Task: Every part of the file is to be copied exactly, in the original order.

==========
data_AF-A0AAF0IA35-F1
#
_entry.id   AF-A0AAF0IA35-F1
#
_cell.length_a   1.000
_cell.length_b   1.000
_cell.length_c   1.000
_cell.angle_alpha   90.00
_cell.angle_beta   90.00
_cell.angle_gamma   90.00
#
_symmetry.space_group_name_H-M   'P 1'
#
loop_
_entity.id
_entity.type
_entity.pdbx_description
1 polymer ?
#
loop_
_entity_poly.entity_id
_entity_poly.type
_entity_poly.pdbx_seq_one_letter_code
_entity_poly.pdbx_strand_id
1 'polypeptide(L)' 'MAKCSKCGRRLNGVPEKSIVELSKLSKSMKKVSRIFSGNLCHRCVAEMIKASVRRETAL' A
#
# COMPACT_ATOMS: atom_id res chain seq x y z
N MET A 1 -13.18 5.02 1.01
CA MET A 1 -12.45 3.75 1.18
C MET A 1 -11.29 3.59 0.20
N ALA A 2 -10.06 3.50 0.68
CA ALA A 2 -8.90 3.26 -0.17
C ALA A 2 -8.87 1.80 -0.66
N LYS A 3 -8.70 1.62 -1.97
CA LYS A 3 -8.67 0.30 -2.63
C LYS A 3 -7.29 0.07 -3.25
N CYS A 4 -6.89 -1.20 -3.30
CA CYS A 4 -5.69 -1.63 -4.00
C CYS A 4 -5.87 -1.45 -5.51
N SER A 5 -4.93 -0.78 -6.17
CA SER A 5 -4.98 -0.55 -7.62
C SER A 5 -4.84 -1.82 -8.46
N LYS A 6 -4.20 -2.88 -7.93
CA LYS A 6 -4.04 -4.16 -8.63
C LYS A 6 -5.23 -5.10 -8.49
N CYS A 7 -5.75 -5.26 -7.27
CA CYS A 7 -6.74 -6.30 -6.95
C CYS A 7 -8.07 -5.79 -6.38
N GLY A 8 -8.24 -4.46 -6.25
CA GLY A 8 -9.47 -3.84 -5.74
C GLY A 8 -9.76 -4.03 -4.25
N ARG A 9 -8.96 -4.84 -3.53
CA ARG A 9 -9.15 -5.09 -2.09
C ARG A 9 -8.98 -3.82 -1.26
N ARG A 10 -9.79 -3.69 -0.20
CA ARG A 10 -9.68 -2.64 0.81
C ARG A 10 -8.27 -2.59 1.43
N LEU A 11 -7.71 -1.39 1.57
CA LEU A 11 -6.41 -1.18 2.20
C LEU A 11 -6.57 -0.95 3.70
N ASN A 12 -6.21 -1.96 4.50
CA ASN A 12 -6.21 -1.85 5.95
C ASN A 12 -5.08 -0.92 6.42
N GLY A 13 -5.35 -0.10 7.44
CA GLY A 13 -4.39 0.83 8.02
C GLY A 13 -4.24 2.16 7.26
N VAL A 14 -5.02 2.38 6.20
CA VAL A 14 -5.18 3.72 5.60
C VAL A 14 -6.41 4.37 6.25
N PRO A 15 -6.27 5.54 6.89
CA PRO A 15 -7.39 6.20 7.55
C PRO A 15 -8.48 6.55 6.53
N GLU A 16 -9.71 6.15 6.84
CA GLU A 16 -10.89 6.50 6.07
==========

data_AF-A0AAF0IA35-F1
#
_entry.id   AF-A0AAF0IA35-F1
#
_cell.length_a   1.000
_cell.length_b   1.000
_cell.length_c   1.000
_cell.angle_alpha   90.00
_cell.angle_beta   90.00
_cell.angle_gamma   90.00
#
_symmetry.space_group_name_H-M   'P 1'
#
loop_
_entity.id
_entity.type
_entity.pdbx_description
1 polymer ?
#
loop_
_entity_poly.entity_id
_entity_poly.type
_entity_poly.pdbx_seq_one_letter_code
_entity_poly.pdbx_strand_id
1 'polypeptide(L)' 'MAKCSKCGRRLNGVPEKSIVELSKLSKSMKKVSRIFSGNLCHRCVAEMIKASVRRETAL' A
#
# COMPACT_ATOMS: atom_id res chain seq x y z
N MET A 1 -13.18 5.02 1.01
CA MET A 1 -12.45 3.75 1.18
C MET A 1 -11.29 3.59 0.20
N ALA A 2 -10.06 3.50 0.68
CA ALA A 2 -8.90 3.26 -0.17
C ALA A 2 -8.87 1.80 -0.66
N LYS A 3 -8.70 1.62 -1.97
CA LYS A 3 -8.67 0.30 -2.63
C LYS A 3 -7.29 0.07 -3.25
N CYS A 4 -6.89 -1.20 -3.30
CA CYS A 4 -5.69 -1.63 -4.00
C CYS A 4 -5.87 -1.45 -5.51
N SER A 5 -4.93 -0.78 -6.17
CA SER A 5 -4.98 -0.55 -7.62
C SER A 5 -4.84 -1.82 -8.46
N LYS A 6 -4.20 -2.88 -7.93
CA LYS A 6 -4.04 -4.16 -8.63
C LYS A 6 -5.23 -5.10 -8.49
N CYS A 7 -5.75 -5.26 -7.27
CA CYS A 7 -6.74 -6.30 -6.95
C CYS A 7 -8.07 -5.79 -6.38
N GLY A 8 -8.24 -4.46 -6.25
CA GLY A 8 -9.47 -3.84 -5.74
C GLY A 8 -9.76 -4.03 -4.25
N ARG A 9 -8.96 -4.84 -3.53
CA ARG A 9 -9.15 -5.09 -2.09
C ARG A 9 -8.98 -3.82 -1.26
N ARG A 10 -9.79 -3.69 -0.20
CA ARG A 10 -9.68 -2.64 0.81
C ARG A 10 -8.27 -2.59 1.43
N LEU A 11 -7.71 -1.39 1.57
CA LEU A 11 -6.41 -1.18 2.20
C LEU A 11 -6.57 -0.95 3.70
N ASN A 12 -6.21 -1.96 4.50
CA ASN A 12 -6.21 -1.85 5.95
C ASN A 12 -5.08 -0.92 6.42
N GLY A 13 -5.35 -0.10 7.44
CA GLY A 13 -4.39 0.83 8.02
C GLY A 13 -4.24 2.16 7.26
N VAL A 14 -5.02 2.38 6.20
CA VAL A 14 -5.18 3.72 5.60
C VAL A 14 -6.41 4.37 6.25
N PRO A 15 -6.27 5.54 6.89
CA PRO A 15 -7.39 6.20 7.55
C PRO A 15 -8.48 6.55 6.53
N GLU A 16 -9.71 6.15 6.84
CA GLU A 16 -10.89 6.50 6.07